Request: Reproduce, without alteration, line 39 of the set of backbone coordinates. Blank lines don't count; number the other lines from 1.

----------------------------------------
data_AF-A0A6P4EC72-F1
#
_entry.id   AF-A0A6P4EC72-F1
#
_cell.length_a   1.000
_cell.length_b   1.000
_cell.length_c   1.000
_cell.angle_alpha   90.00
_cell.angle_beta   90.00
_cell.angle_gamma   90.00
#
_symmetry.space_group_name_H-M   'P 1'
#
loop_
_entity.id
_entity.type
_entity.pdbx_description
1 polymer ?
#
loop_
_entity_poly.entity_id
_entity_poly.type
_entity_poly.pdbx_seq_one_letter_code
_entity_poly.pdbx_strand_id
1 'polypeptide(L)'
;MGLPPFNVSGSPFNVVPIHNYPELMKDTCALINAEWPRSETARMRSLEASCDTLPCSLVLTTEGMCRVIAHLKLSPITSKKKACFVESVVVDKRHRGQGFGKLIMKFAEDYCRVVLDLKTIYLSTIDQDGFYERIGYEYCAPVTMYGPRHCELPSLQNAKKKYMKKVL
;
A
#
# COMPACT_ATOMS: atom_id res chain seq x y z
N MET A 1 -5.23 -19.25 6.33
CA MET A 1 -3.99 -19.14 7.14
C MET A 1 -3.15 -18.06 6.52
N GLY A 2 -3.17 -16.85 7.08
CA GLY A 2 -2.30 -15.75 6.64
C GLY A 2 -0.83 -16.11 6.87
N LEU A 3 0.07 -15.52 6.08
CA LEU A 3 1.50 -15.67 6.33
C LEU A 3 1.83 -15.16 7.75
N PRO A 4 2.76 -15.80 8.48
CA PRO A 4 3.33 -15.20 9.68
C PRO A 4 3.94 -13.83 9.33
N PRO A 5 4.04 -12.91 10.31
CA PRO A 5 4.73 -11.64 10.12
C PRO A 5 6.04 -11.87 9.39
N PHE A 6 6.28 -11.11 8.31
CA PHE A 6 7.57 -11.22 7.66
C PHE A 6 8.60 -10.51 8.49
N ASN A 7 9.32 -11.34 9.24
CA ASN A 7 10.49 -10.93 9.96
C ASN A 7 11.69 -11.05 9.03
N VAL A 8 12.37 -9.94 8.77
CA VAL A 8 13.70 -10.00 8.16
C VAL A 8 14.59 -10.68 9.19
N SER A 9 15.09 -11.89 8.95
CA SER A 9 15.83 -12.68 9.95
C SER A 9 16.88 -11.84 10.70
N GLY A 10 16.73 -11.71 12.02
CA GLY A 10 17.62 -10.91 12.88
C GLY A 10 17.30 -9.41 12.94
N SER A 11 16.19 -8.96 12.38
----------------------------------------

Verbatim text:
C LEU A 3 1.83 -15.16 7.75